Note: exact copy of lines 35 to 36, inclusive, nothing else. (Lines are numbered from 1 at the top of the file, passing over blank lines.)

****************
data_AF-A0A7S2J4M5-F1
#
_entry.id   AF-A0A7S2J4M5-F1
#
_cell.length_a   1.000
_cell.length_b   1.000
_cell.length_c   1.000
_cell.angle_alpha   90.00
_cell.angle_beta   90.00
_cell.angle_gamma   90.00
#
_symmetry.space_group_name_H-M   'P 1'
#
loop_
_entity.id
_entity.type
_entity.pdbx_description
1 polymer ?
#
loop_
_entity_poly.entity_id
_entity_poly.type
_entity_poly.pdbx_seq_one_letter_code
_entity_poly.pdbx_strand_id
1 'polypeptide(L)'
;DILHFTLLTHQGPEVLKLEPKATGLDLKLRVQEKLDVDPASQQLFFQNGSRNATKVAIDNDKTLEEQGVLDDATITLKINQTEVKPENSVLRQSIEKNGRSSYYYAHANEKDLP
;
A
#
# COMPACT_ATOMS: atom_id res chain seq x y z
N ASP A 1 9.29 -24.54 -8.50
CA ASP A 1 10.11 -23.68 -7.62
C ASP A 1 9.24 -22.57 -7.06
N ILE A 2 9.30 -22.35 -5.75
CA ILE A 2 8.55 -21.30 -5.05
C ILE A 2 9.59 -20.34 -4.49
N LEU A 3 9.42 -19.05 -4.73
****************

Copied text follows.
CA ILE A 2 8.55 -21.30 -5.05
C ILE A 2 9.59 -20.34 -4.49